Our strategy is to own and operate large, long-life, low-cost, expandable, upstream assets diversified by commodity, geography and market.
Our Values
Sustainability
Putting health and safety first, being environmentally responsible and supporting our communities.
Integrity
Doing what is right and doing what we say we will do.
Respect
Embracing openness, trust, teamwork, diversity and relationships that are mutually beneficial.
Performance
Achieving superior business results by stretching our capabilities.
Simplicity
Focusing our efforts on the things that matter most.
Accountability
Defining and accepting responsibility and delivering on our commitments.
We are successful when:
Our people start each day with a sense of purpose and end the day with a sense of accomplishment.
Our communities, customers and suppliers value their relationships with us.
Our asset portfolio is world-class and sustainably developed.
Our operational discipline and financial strength enables our future growth.
Our shareholders receive a superior return on their investment.
Andrew Mackenzie
Chief Executive Officer
2 BHP Billiton Sustainability Report 2015


LOGO

Our sustainability approach
Sustainability is embedded throughout our Company.
The value of sustainability
Sustainability is core to our strategy, ensuring we integrate health, safety, environmental, social and economic factors into our decision-making. Our priority is to identify and manage the material risks within our Company, ensuring our people, suppliers, contractors and the communities in which we operate remain safe and healthy. We are committed to being responsible stewards of the natural resources we develop and use in our operations and seek to minimise our environmental impact. We strive to be part of the communities in which we operate, and seek to foster meaningful, long-term relationships that respect local cultures and create lasting benefits.
Our BHP Billiton Charter defines our purpose, strategy and values, and how we measure success. This includes our Sustainability value of putting health and safety first, being environmentally responsible and supporting our host communities. The BHP Billiton Code of Business Conduct guides us in our daily work and assists us to practically apply the values set out in Our Charter.
Our sustainability framework is underpinned by Our Charter and our Code of Business Conduct. Furthermore, our framework is supported by our health, safety, environment and community (HSEC) Group Level Documents (GLDs), and our public sustainability performance targets. Our sustainability framework guides our investments in our host countries and local communities, as well as at our operations. We believe that creating social, environmental and economic value wherever we operate, creates a competitive advantage for our Company.
Board approach
At BHP Billiton, we have a governance framework that goes beyond the need to comply with regulatory requirements. We believe that high-quality governance supports long-term value creation. Our Board governs the Group in a manner consistent with Our Charter, our strategy and our commitment to a transparent and high-quality governance system. The Board has established a number of committees to assist in exercising its authority, including monitoring the performance of the Group.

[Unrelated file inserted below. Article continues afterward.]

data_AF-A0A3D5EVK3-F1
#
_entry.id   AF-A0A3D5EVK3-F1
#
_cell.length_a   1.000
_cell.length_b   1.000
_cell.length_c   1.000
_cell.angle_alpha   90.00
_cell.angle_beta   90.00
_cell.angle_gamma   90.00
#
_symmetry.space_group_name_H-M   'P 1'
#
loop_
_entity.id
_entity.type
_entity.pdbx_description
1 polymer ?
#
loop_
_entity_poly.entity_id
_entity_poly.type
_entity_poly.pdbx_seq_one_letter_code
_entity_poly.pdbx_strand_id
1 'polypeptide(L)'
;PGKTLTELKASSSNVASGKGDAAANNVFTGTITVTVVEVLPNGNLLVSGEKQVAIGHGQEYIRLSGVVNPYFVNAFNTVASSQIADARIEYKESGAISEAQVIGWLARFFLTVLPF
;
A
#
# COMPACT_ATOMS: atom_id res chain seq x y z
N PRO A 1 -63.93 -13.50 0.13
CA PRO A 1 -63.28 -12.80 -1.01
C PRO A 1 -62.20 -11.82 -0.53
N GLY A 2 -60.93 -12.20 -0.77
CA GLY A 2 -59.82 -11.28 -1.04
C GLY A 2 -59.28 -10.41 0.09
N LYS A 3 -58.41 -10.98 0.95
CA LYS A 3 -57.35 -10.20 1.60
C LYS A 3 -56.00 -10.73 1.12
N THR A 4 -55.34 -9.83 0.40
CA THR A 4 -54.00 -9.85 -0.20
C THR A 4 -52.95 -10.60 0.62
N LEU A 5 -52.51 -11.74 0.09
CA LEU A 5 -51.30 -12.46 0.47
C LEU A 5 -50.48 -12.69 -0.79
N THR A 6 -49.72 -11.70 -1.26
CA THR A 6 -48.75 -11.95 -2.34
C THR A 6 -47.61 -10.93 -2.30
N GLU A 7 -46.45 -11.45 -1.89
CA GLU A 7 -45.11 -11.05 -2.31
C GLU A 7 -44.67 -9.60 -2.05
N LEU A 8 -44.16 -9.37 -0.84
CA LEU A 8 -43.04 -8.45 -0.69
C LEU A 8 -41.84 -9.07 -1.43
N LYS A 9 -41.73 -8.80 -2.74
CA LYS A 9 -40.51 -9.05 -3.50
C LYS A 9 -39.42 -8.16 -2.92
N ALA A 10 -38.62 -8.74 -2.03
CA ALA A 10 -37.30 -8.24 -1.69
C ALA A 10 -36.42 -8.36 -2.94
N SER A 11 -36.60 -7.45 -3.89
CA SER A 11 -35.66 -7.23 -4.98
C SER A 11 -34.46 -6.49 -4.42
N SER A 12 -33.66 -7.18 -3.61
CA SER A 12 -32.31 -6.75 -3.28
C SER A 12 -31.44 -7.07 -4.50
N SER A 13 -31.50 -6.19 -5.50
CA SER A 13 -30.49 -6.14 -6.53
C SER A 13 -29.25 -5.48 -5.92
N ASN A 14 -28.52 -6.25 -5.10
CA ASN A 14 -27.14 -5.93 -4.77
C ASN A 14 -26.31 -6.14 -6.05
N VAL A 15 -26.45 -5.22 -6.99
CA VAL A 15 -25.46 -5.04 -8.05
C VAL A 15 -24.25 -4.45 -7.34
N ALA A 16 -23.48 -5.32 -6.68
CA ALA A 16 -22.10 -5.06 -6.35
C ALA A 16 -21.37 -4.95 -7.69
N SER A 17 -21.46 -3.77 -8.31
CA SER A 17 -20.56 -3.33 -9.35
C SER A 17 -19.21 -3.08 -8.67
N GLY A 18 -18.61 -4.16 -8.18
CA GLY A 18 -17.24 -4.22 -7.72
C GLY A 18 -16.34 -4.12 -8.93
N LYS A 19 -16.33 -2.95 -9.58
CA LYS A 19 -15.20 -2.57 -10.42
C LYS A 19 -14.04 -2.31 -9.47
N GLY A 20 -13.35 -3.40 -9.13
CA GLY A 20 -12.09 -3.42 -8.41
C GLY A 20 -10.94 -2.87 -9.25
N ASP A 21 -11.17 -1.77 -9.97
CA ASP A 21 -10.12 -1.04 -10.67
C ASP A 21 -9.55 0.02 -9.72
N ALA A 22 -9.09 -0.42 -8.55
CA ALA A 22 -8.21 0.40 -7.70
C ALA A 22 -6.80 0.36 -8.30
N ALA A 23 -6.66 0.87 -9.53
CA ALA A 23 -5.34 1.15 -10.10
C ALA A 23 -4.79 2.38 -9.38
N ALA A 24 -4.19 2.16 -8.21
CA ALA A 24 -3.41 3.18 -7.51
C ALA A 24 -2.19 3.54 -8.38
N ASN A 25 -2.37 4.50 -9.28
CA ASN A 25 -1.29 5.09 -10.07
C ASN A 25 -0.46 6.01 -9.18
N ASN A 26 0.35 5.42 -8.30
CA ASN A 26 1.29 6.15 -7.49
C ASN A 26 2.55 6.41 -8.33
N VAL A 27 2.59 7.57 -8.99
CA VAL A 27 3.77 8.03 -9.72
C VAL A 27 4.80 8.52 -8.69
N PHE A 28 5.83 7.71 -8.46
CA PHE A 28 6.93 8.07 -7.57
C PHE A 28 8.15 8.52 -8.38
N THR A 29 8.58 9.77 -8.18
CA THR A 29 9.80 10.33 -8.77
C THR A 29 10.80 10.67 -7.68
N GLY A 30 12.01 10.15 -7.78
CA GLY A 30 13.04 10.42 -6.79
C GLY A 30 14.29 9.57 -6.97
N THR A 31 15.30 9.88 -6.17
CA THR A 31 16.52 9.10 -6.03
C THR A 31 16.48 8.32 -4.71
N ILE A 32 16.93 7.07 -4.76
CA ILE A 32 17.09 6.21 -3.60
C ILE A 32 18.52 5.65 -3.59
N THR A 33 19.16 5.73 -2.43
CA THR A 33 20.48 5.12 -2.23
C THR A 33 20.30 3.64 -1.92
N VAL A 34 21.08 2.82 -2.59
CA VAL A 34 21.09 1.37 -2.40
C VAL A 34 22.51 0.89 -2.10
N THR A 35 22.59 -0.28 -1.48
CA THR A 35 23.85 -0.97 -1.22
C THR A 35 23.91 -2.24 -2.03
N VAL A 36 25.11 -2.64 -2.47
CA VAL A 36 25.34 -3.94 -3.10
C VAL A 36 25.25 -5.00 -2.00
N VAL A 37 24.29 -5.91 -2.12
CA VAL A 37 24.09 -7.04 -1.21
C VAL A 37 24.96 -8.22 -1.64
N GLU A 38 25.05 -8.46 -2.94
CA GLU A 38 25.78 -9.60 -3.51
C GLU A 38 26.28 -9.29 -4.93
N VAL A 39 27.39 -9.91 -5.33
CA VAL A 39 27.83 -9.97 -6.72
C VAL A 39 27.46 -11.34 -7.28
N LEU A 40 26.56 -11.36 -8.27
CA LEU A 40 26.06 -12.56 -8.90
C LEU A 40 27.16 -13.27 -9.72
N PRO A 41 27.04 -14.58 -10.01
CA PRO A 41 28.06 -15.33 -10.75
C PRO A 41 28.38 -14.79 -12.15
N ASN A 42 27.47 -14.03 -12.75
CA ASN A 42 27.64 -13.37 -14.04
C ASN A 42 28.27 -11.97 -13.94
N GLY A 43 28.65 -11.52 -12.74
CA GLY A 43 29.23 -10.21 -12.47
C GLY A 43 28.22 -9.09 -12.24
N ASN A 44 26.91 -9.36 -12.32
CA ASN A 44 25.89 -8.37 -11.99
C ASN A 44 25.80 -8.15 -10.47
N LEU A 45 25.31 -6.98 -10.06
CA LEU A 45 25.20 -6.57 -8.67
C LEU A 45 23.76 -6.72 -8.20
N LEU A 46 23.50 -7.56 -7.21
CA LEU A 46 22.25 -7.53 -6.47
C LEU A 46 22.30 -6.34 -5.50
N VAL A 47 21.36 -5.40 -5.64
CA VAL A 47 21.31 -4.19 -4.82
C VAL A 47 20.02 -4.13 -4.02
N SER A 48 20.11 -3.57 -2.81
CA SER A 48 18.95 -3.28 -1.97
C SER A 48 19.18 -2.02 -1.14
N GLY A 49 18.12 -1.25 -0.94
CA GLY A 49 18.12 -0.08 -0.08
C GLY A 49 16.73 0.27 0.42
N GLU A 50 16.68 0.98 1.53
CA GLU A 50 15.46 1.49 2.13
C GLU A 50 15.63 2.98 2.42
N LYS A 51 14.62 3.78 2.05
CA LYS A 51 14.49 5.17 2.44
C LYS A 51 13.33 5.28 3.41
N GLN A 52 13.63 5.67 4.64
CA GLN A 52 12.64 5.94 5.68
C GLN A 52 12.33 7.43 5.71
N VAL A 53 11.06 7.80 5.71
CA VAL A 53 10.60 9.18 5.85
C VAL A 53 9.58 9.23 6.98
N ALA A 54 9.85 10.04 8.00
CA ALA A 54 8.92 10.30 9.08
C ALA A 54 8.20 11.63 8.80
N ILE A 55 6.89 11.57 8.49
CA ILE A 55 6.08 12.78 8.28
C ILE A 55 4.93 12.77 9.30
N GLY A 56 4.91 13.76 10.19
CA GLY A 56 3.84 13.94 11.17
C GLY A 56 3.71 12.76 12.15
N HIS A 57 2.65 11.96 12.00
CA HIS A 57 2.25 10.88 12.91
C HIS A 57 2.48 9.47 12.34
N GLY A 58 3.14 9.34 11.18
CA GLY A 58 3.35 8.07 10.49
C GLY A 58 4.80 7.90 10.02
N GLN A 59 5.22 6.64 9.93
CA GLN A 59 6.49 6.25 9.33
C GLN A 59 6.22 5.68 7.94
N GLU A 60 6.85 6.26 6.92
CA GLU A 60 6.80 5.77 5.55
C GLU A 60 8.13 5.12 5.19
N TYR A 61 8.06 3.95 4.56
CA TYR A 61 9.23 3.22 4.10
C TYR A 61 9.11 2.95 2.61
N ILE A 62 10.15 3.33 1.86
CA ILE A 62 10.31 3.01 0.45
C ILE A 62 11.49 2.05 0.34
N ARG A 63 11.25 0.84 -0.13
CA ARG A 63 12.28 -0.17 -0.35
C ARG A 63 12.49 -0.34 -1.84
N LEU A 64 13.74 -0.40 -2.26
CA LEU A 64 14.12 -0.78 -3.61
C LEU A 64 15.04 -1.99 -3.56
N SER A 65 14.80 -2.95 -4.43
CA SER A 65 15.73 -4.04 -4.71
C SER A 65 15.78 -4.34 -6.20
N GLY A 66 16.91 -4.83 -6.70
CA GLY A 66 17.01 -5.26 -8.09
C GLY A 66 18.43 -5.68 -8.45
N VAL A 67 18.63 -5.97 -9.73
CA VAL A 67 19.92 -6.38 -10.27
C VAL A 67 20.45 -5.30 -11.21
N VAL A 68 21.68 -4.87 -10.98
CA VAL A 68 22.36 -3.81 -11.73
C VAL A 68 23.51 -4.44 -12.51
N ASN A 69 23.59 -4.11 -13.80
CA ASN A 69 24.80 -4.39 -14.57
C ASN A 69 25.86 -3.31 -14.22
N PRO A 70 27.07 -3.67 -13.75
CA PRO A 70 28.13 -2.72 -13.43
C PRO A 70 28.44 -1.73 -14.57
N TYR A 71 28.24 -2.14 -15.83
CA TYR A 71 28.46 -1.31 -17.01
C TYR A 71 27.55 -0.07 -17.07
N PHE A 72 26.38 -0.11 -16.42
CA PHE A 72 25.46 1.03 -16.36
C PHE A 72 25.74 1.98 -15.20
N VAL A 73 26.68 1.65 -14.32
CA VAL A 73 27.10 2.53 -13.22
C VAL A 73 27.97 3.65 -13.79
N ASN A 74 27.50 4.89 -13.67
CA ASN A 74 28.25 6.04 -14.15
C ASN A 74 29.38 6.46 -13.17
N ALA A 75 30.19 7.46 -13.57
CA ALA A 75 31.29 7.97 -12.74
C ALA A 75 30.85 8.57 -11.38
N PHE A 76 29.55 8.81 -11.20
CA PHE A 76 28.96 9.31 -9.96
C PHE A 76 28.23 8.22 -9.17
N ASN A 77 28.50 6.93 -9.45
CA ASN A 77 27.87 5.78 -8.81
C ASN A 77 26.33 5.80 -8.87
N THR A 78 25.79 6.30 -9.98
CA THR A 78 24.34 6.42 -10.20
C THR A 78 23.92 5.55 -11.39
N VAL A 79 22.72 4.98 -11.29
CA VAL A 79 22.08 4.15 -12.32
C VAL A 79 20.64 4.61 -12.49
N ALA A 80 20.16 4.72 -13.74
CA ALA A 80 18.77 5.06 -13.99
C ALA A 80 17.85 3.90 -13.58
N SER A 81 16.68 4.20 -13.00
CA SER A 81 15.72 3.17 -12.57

The Sustainability Committee assists the Board in oversight of HSEC matters, including climate change. This includes overseeing areas relating to HSEC risk control, compliance with applicable legal and regulatory requirements, and overall HSEC performance of the Group. As at 30 June 2015, the Sustainability Committee comprised four independent Non-executive Directors, each appropriately skilled in HSEC matters, as determined by the Board. The Committee is chaired by Dr John Schubert. A standing invitation is also issued to the CEO who attends each meeting.
During FY2015, the Sustainability Committee (who met on six occasions) continued to assist the Board in its oversight of HSEC matters and performance. This included consideration of strategic HSEC issues, audits and trends, and detailed reports from management in the event of a fatality or significant incident.
The Sustainability Committee also provides oversight of the annual BHP Billiton Sustainability Report preparation, including internal control systems.
Management approach
Below the level of the Board, key management decisions are made by the CEO, the Group Management Committee (GMC), other management committees and individual members of management to whom authority has been delegated.
Established by the CEO, the GMC is the Group’s most senior executive body. The GMC’s purpose is to provide leadership to the Group, determining its priorities and the way it is to operate, thereby assisting the CEO in pursuing the corporate purpose. The GMC is a forum to debate high-level matters important to the Group and to ensure consistent development of the Group’s strategy.
Health, safety, environment and community teams provide guidance and thought leadership to the Group by developing and implementing management frameworks; focusing on catastrophic and fatal hazards management; identifying relevant HSEC trends; tracking performance and alignment with other Company requirements; and reporting progress against targets. In addition, we conduct benchmarking within the industry and alongside other industries to determine opportunities for improving HSEC management and processes.